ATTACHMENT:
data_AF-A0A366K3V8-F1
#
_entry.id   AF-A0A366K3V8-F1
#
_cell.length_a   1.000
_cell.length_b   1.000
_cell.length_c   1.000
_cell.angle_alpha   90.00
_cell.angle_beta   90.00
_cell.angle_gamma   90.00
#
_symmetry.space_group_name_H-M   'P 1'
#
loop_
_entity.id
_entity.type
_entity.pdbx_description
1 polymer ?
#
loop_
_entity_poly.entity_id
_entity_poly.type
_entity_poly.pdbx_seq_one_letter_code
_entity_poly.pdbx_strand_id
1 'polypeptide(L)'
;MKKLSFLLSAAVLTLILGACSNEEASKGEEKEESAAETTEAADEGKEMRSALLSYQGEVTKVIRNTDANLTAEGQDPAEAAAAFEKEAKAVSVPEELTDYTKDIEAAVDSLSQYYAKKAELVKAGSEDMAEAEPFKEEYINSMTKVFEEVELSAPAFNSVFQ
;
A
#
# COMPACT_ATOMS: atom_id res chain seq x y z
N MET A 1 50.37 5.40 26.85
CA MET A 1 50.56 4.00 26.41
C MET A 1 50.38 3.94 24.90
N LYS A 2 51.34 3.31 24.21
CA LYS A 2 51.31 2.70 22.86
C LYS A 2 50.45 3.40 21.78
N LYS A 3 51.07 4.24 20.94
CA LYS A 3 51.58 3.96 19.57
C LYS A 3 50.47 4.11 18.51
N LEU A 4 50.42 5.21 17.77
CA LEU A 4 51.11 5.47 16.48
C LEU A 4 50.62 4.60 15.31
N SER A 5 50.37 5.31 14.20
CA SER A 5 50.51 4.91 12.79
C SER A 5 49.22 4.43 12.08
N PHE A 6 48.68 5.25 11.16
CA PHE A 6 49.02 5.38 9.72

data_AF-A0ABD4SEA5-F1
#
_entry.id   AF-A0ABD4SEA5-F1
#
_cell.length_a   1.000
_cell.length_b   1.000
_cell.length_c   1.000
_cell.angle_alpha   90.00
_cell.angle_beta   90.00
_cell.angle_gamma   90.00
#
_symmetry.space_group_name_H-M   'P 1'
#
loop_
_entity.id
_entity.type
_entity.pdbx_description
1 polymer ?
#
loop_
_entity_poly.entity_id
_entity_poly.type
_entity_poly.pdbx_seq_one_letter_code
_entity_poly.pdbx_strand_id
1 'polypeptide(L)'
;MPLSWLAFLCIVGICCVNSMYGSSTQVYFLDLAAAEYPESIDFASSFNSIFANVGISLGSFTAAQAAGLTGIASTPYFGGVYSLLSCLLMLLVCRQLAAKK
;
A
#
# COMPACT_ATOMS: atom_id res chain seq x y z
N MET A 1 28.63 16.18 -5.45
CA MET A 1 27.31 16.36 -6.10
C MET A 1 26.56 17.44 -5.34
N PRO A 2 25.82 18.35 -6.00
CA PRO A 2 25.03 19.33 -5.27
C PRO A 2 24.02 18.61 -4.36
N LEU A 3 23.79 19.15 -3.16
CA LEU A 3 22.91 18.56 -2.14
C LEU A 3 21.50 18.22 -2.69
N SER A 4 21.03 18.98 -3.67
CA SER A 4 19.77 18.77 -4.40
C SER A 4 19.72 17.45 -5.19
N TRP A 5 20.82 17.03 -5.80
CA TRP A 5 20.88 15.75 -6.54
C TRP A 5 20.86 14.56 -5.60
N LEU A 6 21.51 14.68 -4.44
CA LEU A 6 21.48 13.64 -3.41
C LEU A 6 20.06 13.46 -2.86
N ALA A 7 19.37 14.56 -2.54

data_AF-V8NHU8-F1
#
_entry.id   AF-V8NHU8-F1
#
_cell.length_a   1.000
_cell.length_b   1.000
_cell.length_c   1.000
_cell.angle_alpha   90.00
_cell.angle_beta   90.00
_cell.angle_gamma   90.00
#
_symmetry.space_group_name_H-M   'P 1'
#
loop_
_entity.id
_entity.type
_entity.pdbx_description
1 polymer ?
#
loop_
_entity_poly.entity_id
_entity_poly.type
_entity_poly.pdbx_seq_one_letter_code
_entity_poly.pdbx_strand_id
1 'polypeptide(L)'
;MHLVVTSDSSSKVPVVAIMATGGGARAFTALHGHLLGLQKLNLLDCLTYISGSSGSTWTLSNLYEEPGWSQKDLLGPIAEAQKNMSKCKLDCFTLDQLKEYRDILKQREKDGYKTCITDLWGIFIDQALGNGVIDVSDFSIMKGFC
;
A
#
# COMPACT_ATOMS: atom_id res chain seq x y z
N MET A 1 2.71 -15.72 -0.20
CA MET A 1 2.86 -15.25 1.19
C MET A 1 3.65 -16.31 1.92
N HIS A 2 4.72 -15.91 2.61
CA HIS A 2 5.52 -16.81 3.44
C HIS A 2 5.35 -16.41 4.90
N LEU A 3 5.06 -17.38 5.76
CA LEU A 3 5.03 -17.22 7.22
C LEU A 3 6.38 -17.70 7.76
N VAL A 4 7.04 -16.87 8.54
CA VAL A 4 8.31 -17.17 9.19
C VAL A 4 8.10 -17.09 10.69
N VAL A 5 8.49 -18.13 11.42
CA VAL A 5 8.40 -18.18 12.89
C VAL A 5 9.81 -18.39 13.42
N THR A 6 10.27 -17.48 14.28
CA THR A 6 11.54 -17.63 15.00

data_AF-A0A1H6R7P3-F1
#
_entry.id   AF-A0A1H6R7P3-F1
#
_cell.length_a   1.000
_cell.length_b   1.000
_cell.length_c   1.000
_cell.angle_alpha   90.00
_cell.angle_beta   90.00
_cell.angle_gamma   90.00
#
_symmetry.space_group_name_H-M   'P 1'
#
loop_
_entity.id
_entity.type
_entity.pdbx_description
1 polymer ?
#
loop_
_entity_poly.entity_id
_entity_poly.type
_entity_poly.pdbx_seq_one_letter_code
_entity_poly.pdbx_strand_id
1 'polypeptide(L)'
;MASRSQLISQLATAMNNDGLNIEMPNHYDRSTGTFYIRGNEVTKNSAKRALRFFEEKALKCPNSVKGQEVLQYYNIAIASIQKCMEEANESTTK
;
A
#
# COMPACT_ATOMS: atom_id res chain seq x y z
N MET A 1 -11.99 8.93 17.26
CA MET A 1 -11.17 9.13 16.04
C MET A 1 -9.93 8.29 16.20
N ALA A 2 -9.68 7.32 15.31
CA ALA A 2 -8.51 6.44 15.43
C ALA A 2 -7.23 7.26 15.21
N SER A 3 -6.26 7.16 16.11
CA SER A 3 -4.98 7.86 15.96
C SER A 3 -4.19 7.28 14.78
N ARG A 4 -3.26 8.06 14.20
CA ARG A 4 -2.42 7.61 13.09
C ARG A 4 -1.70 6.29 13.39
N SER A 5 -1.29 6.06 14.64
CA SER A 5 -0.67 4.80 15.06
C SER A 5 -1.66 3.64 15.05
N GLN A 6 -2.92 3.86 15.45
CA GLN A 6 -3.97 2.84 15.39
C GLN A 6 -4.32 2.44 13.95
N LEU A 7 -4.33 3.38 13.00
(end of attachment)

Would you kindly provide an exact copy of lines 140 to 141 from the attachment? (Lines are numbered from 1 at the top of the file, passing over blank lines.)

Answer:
CA VAL A 5 8.40 -18.18 12.89
C VAL A 5 9.81 -18.39 13.42